Debugging JavaScript in a Hostile Environment

By E.J. Dyksen on 16 02 2014

We recently built the web front-end portion of a project using AngularJS. The requirements for the project specified that the app needed to run in a number of different environments, one of which was particularly hostile to complex JavaScript applications.

That hostile environment was a Visual Basic application using the WebBrowser Control to host HTML/JavaScript content. Business requirements dictated that the AngularJS application had to run properly in this environment.

The WebBrowser Control uses the system version of Internet Explorer as its rendering engine, so we thought testing our app in IE would suffice. However, when we started seeing different JavaScript behavior between the system version of IE and the WebBrowser control, we knew that "it works in IE" wouldn't be good enough.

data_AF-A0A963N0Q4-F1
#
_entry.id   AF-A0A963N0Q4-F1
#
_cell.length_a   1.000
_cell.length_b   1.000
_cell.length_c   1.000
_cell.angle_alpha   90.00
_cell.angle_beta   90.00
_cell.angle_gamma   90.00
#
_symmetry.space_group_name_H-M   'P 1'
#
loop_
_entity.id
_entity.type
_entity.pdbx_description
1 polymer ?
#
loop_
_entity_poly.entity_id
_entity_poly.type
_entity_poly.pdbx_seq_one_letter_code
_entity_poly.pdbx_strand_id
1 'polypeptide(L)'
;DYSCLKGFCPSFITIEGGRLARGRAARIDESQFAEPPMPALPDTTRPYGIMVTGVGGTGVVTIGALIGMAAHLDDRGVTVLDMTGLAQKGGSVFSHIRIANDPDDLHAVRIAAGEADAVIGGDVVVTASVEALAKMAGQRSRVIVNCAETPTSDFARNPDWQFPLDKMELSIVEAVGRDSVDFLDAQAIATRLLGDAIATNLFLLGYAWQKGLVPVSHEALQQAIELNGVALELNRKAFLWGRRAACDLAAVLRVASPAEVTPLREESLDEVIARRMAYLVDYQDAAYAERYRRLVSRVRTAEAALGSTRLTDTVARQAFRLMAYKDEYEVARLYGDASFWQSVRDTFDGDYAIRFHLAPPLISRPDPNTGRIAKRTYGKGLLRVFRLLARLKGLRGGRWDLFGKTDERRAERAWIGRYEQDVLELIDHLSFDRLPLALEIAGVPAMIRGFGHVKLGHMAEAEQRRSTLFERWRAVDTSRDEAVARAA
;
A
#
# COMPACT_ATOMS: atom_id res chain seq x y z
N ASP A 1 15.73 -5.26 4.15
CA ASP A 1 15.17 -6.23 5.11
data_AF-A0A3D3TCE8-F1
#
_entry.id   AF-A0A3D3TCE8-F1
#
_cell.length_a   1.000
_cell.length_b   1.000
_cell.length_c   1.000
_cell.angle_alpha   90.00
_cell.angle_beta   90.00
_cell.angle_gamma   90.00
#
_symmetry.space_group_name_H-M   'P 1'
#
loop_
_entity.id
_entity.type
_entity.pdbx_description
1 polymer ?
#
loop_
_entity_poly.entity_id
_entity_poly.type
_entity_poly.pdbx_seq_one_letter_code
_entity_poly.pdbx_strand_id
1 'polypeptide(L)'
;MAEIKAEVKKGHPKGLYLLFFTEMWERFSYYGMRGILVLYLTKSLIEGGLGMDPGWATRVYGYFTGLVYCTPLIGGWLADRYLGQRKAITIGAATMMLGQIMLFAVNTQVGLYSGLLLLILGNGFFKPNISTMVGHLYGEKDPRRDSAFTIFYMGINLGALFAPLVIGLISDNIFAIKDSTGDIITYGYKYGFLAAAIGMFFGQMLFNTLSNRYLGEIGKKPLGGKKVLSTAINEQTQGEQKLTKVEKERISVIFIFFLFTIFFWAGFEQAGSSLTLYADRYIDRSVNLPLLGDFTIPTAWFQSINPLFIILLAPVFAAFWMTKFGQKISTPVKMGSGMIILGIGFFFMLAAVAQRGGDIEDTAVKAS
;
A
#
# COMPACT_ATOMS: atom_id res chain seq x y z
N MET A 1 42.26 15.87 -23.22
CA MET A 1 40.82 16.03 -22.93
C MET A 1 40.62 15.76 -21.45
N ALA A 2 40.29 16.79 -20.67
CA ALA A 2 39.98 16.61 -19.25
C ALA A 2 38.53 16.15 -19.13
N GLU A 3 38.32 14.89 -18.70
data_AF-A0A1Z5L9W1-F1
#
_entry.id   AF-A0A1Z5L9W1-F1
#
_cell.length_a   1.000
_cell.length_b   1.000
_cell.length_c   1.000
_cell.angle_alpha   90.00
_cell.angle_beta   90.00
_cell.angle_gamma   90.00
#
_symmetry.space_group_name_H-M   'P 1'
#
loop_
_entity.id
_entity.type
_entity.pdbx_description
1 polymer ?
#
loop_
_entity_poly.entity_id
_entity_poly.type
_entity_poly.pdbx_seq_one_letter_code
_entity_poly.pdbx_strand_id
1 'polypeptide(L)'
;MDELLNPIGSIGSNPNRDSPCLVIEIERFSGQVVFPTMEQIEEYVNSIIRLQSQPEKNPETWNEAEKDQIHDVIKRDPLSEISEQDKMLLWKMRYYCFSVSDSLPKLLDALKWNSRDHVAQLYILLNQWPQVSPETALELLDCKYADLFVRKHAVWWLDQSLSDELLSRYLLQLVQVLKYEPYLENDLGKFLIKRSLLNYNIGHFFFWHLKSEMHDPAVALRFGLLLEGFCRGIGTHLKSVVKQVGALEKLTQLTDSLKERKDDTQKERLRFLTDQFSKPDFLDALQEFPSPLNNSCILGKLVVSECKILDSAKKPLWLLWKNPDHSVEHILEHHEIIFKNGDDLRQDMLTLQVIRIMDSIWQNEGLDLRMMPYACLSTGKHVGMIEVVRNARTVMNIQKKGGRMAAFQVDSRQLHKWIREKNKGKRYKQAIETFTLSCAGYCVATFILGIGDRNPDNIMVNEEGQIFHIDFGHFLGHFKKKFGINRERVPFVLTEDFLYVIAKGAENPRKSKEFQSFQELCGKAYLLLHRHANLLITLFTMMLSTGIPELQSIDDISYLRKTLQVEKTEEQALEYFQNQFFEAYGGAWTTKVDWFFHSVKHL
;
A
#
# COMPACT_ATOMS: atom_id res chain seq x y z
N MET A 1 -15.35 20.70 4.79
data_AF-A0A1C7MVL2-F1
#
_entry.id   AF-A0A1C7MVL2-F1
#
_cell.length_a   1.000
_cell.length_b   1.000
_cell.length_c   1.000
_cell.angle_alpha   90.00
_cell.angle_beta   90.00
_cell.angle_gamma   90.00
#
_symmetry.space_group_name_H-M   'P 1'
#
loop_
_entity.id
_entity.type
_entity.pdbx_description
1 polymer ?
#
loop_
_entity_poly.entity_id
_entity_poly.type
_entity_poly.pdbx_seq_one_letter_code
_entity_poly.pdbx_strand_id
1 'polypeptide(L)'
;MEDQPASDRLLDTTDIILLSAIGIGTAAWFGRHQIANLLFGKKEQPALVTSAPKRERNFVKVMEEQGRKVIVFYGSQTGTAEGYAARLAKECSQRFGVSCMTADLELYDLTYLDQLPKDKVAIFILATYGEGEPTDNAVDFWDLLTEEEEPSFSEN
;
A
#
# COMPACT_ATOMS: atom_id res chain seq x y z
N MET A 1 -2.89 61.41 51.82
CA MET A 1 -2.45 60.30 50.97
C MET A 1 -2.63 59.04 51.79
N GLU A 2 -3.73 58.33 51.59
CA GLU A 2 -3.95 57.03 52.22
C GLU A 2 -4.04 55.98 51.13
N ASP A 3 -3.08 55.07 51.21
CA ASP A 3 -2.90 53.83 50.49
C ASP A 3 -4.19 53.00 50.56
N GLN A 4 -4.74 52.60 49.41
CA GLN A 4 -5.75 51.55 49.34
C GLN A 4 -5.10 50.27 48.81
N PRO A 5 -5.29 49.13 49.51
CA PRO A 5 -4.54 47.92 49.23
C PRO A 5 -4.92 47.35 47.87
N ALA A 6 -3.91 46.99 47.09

The goals for our new approach were:

  • Enable print debugging in browsers with no console.
  • Allow quick, simple evaluation of JavaScript expressions.
  • Stupid simple to understand with no dependencies. We don't want to have to debug the debugger. We just want it to work.

Here's what we came up with. The code should be pretty easy to understand if you know JavaScript.

Putting this snippet at the end of an HTML document creates a div that is now your JavaScript console. Any calls to console.log will end up there. Also, a text box below the console allows you to evaluate JavaScript expressions on the page.

There is definitely room for improvement in this script. For example, though it would introduce a dependency, it wouldn't be too much work to add stack trace support using Stacktrace.js.

Sprinkling console.log everywhere isn't the most elegant form of debugging, but it was all that was available to us. We originally thought of this as a last resort for debugging, but ended up reaching for this little bit of code many times to solve tough problems.